dab digital radio mobile

The End of BT Movio – Mobile TV on DAB Digital Radio

BT Movio have announced today that their mobile TV service, delivered via DAB on the DigitalOne multiplex, will cease sometime prior to June 2008. Various reports today have suggested that the service will stay live until January 2008, although it’s not clear if Virgin Mobile (the only network to take the service up) has ever made any firm commitments to their subscribers about a minimum supply period

I have mixed emotions about this turn of events. Only a few days ago, I commented that the BT Movio service was a bold attempt to get DAB technology into mobile phones. Ultimately, the service only appeared in one mobile phone device, the bizarrely named Lobster phone manufactured by HTC.

I know that a great deal of effort went into the engineering of this world-first device, and it is actually a superb DAB digital radio device with an OKay-ish Microsoft Smartphone attached. That’s one of the disappointing facets of this event – that an excellent DAB + Mobile Phone combination will be withdrawn from sale, and there are so many of them left in the warehouse. If BT or Virgin want to minimise their exposure, they would do well to sell the Lobster just on its excellent DAB Digital Radio credentials. It’s got a great EPG, great navigation model and great reception. If it had a DAB Slideshow viewer, it would be nearly perfect from a radio point of view.

The other, often unrecognised, benefit is that BT Movio helped DigitalOne improve their network coverage substantially to provide good handheld portable DAB reception. It will be a real shame if these network extensions, particularly in the London area, are decommissioned. Quite of lot of the improvement in Central London coverage has come from a relatively modest site installed on the BT Tower, which boosts the DigitalOne and London II multiplexes.

Movio’s closure will free up about 400kbit/s on the DigitalOne multiplex. That’s capacity that’s been unavailable to the radio industry, and led to the operation of Core, Capital Life and theJazz in mono. There’s an opportunity there not only to restore those to stereo services, but also to enable some of the data services that should be defining the digital radio experience of the future. Unfortunately, Movio was doubtless carrying a large proportion of the cost of the DigitalOne network which will now fall onto a radio industry that’s having some hard times at the moment. I ferverently hope that the economics of radio have improved markedly before Movio’s funding ends in a year from now.

Some press reports have speculated on a correlation between the European Commission’s decision to get behind DVB-H and Virgin/Movio’s decision to drop their service. The DAB-IP platform used by Movio was always an unique and very proprietory platform, despite efforts to make it a standard in the DAB family. It’s demise is not really that relevant in the wider discussion about mobile TV technology, and DMB still remains a very formidable competitor to DVB-H. It’s outlandish that the EU should tacitly suggest a “not made here” approach to a technology built upon Eureka 147. That’s the kind of thing America does, and you would have thought we (and they) would have learnt about the dangers of blindly supporting the loudest local lobby.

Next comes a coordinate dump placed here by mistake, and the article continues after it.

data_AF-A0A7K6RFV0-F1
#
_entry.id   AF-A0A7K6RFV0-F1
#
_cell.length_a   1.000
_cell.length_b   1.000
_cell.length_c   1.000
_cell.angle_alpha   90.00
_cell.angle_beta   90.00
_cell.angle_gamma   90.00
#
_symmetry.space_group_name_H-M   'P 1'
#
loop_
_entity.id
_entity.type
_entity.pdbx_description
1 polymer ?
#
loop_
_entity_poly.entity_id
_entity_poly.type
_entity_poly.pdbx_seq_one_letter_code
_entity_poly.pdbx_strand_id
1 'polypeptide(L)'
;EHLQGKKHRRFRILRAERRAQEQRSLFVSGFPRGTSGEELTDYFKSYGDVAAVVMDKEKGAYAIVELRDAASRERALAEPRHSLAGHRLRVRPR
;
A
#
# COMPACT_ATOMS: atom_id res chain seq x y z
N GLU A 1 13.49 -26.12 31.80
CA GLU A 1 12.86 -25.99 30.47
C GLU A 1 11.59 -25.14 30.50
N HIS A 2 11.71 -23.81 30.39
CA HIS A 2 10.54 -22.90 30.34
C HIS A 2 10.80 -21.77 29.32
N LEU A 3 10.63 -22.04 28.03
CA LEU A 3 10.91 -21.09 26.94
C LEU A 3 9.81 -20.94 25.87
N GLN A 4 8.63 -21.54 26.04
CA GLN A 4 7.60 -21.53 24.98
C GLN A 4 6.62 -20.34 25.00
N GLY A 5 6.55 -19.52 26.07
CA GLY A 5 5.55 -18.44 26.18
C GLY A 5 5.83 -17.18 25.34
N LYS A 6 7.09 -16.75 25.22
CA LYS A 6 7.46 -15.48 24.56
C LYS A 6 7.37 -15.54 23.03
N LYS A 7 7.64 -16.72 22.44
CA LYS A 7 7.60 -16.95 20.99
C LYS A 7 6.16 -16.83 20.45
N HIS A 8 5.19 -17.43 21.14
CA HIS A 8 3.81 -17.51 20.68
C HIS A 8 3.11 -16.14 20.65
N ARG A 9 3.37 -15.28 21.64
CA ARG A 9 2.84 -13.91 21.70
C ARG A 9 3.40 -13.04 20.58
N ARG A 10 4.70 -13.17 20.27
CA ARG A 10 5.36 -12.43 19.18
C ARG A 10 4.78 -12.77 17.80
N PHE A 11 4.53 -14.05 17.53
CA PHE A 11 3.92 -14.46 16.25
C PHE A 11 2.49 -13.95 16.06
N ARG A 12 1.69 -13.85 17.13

On balance, I believe that Movio’s demise is not a body blow to Mobile TV, nor a significant factor in the DMB v DVB-H debate, but I do believe it provides a very significant opportunity for radio to do something revolutionary in a short window of opportunity. How would it be if DigitalOne was able to let its service providers do something exciting and evolutionary that sparked interest and investment in digital radio and that ultimately made the revenue loss from Mobile TV bareable?

DMB mobile

DVB-H – A European Standard for Mobile TV?

I know it’s slightly bad form to cross-promote one’s own blog, but as I suspected back in March, the European Commission under the (partisan?) guidance of Mme. Reding has decided that DVB-H should be the best way for mobile TV to be broadcast in Europe. Three cheers from… erm… Nokia, I guess. The Finns will be very happy.

WorldDMB has quite correctly pointed out the appalling anomalies in the logic behind the decision, including the apparent blindness to the fact that DAB (Eureka 147) was as much a European funded project as DVB-H ever has been, and is just as competent bearer of mobile TV. Indeed, EBU studies have shown that DMB can be a more cautious and less financially risky way of implementing Mobile TV than DVB-H.